While commodities showed weakness, the major indexes showed gains as trade fears took a back seat in the minds of equities investors. The S&P 500 rose 1.5%, the NASDAQ climbed 1.8%, and the Dow Jones Industrial Average posted the strongest performance, climbing over 500 points, up 2.3% and breaking the 25,000 mark.

Decorated WCTC Champion Climbs to Second

Three time WCTC champion Kurt Sakaeda has hovered around the top 5 all year, including a current 21 day streak on the leaderboard, but last week he soared to a new year high, breaking into second place. Sakaeda rallied over 20% to finish with a net return of 120% on the year, only 28% behind the leader Jan Smolen, the closest spread since Smolen took over first place on May 21st. Smolen still held onto first place, with a net return of 148%, and Paul Skarp finished in third with a net return of 103.8%.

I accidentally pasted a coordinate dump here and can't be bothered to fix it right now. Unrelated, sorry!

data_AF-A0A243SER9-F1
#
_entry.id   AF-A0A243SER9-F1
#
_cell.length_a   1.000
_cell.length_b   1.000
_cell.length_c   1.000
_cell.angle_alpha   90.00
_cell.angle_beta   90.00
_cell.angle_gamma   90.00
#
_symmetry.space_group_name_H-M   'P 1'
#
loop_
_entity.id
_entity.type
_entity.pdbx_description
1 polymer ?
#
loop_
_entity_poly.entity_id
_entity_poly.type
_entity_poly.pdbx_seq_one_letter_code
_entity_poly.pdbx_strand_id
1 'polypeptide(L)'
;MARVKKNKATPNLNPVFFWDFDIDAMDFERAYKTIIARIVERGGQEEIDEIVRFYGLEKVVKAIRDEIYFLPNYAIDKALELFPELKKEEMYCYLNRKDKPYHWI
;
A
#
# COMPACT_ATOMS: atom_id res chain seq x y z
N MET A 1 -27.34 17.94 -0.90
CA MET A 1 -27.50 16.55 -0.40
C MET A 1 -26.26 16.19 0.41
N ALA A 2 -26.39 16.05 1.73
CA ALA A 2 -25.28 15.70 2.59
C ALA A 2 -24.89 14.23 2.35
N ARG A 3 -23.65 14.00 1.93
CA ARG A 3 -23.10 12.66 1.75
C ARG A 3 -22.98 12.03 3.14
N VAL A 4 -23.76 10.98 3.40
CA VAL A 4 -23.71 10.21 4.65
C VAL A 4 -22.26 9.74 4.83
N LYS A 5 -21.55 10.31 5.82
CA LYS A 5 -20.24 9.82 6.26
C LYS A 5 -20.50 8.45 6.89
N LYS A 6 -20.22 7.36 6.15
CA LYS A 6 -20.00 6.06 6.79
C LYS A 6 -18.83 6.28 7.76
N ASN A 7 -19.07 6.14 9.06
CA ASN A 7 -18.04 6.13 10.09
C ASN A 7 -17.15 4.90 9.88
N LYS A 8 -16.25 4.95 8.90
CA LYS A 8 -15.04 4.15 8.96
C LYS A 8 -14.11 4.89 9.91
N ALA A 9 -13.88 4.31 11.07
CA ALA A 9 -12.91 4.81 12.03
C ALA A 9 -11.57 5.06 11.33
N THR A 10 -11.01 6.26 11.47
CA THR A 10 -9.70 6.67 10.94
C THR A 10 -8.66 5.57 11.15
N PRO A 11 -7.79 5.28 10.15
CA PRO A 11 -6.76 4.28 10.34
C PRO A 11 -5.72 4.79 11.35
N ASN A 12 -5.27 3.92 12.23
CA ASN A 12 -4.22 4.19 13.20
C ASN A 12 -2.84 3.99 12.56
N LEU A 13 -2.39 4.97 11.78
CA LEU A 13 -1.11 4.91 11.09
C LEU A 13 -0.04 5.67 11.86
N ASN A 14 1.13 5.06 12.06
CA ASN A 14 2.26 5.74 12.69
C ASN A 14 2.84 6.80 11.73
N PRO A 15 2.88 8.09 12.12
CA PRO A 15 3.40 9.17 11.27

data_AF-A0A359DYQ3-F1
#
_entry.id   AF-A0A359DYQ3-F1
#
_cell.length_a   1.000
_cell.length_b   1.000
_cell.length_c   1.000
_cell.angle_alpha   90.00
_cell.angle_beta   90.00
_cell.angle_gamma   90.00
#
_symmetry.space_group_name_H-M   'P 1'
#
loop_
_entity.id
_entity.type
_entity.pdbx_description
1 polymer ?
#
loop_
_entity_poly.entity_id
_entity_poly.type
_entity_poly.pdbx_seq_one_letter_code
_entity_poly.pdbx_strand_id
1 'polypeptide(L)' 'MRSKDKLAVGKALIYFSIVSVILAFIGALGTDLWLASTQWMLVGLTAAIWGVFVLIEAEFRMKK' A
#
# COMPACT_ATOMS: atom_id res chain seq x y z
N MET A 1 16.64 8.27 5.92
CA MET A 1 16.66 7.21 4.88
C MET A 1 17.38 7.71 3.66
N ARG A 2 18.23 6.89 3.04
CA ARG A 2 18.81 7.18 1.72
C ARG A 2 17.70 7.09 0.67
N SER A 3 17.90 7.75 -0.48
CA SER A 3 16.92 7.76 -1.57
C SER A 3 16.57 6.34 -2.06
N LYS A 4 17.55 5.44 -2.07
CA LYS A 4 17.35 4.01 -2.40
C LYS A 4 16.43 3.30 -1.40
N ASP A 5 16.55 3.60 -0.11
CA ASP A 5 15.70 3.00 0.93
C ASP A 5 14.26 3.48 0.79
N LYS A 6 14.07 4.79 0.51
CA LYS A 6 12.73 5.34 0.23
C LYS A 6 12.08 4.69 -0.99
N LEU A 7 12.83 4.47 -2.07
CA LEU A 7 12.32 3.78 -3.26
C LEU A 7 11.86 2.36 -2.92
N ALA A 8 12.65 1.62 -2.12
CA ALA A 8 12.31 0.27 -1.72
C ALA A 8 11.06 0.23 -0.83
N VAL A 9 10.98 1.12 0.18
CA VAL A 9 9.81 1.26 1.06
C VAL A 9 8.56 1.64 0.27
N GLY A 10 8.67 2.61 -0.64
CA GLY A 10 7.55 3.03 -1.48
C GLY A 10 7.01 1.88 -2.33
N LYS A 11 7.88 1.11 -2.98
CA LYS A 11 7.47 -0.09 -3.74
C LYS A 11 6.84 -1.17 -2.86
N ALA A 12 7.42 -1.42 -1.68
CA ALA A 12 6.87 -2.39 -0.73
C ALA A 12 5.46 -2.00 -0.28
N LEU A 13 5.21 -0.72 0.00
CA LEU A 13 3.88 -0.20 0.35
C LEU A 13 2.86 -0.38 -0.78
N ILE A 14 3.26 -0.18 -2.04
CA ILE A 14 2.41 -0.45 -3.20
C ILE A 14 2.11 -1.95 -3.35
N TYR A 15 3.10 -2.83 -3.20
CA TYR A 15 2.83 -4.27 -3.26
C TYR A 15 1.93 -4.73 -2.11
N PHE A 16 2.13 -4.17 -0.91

Spread Narrows with Eisenberg’s Rally

Carlos Eisenberg posted a stunning week, finishing with a net return of 92.5%, gaining 35% from the prior week. This puts the spread between fourth and first place barely above 50%, marking for an incredibly tight race moving forward.

Takumaru Sakakibara rounded out the top 5 again, finishing with a net return of 43.6%.

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Weekly Market Recap – July 6th, 2018

In the News